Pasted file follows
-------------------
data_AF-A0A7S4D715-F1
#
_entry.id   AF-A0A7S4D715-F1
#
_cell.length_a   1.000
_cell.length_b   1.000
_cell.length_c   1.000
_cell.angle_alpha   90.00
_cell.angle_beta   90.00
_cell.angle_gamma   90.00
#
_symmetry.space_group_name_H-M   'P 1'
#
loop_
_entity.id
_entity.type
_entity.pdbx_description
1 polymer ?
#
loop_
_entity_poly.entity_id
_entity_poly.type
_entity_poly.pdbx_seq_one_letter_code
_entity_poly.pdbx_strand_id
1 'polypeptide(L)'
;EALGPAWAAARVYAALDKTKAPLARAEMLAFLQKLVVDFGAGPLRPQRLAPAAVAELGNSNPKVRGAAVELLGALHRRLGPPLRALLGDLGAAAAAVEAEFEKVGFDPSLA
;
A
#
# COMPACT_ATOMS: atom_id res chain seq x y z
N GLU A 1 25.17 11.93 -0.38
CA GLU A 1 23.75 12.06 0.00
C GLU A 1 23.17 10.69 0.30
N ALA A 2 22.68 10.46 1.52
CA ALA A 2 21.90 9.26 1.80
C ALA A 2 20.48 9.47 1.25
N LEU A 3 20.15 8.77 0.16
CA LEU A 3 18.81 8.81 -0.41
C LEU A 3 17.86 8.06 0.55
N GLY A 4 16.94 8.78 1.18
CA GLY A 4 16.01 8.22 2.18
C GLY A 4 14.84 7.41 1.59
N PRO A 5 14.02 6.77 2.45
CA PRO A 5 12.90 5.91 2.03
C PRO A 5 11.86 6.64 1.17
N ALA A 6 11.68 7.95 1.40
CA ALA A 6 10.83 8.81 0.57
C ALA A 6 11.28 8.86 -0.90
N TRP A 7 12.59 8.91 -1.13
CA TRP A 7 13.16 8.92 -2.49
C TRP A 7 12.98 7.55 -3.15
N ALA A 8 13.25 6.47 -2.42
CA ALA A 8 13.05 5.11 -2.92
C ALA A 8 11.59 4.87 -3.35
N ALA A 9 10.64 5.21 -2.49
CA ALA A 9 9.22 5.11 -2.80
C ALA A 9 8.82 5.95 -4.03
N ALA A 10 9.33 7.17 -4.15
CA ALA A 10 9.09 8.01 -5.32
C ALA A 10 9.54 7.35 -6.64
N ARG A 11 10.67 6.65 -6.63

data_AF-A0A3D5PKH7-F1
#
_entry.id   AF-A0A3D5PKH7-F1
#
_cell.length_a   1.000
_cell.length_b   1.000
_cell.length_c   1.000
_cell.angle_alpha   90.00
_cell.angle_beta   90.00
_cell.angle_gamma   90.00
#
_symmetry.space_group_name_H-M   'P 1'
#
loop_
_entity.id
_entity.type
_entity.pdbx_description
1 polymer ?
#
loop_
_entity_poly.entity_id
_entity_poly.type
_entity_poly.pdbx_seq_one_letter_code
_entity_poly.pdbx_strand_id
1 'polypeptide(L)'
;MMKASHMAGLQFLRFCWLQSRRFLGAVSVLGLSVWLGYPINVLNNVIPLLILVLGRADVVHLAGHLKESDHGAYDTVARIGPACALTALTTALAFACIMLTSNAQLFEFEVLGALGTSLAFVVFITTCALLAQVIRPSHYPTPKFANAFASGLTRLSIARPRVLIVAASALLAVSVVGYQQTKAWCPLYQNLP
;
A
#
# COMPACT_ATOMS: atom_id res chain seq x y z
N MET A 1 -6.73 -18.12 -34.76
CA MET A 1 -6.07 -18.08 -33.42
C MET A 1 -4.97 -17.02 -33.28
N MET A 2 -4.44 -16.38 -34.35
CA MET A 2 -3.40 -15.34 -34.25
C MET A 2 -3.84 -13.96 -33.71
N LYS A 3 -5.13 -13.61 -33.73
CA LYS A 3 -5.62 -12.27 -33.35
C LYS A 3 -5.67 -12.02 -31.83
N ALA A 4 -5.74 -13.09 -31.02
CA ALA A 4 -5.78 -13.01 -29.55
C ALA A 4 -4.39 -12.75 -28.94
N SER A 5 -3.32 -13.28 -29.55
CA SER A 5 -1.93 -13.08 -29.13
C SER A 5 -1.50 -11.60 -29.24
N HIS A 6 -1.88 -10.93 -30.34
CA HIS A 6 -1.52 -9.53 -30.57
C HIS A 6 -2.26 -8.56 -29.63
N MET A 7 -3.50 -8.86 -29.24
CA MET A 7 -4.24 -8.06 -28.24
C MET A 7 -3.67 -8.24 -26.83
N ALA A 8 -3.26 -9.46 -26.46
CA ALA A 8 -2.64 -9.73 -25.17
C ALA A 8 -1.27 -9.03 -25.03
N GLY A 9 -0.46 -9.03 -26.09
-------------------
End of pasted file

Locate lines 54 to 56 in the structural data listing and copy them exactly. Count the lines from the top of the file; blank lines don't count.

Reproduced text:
C ALA A 8 11.59 4.87 -3.35
N ALA A 9 10.64 5.21 -2.49
CA ALA A 9 9.22 5.11 -2.80